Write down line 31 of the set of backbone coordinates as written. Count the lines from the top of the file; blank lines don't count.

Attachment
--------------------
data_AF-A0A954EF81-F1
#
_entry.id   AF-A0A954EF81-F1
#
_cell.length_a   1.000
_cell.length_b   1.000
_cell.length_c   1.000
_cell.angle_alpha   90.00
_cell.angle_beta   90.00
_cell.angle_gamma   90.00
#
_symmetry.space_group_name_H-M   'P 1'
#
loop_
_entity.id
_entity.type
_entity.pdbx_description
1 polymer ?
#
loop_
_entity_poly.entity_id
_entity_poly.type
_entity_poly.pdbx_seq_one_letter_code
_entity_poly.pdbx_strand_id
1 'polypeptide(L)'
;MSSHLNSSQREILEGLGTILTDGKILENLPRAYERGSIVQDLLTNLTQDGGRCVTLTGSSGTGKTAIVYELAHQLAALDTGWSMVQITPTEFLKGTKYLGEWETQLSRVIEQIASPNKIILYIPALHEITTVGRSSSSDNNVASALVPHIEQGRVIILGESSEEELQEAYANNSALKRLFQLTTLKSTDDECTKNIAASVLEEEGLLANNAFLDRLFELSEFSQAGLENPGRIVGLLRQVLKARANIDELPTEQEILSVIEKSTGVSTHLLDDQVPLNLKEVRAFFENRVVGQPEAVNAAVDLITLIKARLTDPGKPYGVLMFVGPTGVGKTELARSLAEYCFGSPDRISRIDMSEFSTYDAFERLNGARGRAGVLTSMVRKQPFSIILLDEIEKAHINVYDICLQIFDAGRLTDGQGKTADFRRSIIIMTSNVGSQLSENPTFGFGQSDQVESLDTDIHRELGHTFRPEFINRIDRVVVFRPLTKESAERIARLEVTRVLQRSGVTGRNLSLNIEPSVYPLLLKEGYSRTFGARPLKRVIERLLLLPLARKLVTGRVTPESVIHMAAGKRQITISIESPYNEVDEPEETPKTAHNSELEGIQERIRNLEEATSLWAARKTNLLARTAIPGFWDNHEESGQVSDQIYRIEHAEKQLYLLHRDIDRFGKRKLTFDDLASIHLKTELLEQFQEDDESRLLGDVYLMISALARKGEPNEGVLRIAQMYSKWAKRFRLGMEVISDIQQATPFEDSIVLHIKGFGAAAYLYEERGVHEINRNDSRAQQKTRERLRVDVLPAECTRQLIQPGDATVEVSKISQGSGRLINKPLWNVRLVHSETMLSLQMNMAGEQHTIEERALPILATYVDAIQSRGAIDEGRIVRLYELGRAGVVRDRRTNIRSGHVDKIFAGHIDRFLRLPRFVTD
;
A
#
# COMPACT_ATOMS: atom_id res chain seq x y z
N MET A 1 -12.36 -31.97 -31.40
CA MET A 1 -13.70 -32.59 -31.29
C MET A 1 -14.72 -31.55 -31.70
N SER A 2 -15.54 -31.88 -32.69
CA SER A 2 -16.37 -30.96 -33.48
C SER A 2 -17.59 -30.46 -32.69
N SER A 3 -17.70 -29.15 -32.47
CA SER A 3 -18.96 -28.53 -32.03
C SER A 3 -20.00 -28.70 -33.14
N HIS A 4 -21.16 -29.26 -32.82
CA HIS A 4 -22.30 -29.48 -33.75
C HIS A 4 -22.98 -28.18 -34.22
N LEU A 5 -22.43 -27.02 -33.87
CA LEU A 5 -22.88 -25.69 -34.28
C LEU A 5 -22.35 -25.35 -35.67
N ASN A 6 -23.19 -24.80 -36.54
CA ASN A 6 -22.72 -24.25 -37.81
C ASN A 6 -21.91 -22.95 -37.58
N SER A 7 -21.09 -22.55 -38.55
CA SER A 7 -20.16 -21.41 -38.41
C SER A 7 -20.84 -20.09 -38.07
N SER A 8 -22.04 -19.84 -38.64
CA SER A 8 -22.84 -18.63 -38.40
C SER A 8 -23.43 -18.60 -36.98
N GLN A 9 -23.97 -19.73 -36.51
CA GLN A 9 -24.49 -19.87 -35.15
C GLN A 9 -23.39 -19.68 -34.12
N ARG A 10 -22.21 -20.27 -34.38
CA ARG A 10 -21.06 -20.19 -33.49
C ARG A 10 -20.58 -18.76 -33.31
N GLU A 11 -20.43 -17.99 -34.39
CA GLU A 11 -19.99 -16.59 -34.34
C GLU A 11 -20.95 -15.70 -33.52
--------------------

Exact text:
N MET A 1 -12.36 -31.97 -31.40